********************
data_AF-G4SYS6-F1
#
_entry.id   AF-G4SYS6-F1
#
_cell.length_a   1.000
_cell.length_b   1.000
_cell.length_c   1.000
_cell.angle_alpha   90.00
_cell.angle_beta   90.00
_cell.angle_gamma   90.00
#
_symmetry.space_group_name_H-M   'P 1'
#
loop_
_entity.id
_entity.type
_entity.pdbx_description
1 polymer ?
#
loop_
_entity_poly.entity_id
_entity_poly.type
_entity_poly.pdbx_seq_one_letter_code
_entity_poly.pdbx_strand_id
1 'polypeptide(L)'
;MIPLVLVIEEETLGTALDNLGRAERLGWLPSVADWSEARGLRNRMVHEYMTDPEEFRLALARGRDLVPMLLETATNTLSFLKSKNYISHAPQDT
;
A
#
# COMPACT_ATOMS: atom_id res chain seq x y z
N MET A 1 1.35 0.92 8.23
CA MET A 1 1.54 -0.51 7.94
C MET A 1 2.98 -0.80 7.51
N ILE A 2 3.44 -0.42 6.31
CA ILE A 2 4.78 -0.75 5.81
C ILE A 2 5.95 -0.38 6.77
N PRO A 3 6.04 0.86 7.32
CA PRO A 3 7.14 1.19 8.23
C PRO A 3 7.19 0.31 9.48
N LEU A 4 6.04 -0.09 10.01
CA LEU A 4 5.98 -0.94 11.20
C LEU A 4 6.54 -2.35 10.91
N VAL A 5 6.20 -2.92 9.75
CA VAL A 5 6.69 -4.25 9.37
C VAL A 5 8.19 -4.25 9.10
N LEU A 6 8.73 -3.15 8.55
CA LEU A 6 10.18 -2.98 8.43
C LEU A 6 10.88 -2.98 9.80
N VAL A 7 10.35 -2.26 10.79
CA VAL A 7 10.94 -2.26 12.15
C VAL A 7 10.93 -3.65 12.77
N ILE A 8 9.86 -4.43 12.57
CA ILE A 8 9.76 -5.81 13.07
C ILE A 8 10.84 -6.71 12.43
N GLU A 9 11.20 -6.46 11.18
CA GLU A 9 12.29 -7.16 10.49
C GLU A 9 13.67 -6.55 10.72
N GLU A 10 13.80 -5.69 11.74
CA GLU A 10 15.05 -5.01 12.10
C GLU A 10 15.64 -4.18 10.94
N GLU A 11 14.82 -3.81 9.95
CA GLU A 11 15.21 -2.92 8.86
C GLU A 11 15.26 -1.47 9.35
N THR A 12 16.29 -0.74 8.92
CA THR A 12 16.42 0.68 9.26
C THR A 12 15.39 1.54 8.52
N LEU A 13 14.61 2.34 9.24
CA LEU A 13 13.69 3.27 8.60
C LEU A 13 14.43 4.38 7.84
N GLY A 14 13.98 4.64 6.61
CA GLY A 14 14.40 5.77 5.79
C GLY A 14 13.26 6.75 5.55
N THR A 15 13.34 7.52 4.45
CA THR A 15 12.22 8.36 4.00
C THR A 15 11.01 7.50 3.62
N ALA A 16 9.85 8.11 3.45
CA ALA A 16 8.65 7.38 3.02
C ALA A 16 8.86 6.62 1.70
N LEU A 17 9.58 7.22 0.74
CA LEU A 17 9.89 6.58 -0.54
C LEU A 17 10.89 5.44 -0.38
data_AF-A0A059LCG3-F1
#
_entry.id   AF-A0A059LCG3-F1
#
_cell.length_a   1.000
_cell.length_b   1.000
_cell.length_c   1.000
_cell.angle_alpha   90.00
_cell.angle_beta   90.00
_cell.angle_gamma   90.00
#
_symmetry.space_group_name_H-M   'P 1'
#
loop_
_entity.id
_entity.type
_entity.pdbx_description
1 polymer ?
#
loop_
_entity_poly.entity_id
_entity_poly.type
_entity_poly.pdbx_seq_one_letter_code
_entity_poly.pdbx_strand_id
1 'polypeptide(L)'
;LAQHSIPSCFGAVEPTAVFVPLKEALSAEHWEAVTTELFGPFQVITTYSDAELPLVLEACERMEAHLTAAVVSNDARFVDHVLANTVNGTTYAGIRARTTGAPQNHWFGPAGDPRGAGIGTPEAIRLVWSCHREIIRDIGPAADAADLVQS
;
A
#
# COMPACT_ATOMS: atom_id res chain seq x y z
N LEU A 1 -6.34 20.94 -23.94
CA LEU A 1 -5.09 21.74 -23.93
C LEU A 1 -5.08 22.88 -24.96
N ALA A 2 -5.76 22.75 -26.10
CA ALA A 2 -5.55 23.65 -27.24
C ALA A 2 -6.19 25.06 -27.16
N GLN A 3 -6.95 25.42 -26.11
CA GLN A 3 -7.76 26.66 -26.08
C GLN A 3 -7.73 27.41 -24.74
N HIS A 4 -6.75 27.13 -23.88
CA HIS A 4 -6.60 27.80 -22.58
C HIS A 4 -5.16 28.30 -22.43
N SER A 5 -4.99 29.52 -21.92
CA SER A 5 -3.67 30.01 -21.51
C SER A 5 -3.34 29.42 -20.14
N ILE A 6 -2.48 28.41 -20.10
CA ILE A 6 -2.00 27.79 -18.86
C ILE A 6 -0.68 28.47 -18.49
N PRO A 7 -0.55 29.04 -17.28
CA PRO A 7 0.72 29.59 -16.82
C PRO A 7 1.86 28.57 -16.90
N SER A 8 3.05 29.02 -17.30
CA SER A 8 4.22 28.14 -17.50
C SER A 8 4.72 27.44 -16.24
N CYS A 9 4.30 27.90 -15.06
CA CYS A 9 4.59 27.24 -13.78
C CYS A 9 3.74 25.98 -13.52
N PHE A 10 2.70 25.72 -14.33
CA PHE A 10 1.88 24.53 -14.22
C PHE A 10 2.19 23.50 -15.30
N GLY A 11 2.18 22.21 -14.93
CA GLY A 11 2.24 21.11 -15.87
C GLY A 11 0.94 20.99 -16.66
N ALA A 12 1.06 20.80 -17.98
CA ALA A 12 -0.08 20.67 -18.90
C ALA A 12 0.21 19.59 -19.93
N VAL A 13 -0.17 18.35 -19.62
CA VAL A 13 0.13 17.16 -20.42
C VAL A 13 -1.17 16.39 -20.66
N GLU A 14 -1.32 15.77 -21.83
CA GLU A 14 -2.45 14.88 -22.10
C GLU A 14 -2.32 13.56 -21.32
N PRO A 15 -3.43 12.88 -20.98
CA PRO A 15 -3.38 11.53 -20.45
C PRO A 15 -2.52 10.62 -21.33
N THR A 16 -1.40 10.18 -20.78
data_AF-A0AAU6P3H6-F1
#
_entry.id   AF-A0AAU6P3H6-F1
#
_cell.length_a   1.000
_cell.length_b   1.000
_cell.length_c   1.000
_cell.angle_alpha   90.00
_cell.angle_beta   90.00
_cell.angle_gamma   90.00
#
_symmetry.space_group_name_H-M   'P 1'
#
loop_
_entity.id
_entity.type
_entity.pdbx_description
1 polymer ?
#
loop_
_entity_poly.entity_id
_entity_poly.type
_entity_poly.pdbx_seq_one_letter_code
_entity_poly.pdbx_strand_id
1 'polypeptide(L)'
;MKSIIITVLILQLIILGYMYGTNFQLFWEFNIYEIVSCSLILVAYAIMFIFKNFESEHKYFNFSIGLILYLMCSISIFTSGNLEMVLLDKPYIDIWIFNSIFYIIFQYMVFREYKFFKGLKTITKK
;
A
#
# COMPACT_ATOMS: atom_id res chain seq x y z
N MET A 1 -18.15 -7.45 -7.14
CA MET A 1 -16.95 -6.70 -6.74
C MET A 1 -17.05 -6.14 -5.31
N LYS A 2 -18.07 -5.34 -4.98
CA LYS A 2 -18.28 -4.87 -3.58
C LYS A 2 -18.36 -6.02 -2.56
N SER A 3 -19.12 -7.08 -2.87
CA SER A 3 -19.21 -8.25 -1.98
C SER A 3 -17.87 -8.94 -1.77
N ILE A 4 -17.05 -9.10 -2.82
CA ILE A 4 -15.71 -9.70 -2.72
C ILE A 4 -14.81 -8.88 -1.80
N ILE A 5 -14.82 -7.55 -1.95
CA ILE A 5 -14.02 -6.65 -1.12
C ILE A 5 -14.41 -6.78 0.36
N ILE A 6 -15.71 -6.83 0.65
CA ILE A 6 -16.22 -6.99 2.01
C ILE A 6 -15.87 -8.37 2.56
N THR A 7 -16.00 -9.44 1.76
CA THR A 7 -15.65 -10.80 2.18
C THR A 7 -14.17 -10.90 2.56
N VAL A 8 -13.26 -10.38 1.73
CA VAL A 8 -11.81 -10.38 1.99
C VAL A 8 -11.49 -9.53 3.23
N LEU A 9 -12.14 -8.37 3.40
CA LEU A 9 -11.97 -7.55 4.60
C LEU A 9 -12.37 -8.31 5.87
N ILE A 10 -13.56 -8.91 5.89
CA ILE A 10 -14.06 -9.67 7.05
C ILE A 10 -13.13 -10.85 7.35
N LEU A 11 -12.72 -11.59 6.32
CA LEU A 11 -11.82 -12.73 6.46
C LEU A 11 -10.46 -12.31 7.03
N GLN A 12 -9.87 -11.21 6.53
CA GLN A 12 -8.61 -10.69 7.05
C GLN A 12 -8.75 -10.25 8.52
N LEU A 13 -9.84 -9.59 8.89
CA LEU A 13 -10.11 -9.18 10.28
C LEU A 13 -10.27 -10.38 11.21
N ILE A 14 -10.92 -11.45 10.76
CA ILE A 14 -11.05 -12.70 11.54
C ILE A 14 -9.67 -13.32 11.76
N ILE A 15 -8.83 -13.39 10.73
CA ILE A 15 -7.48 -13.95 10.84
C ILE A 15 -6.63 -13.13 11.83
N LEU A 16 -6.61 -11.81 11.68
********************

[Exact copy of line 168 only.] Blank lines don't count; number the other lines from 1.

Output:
#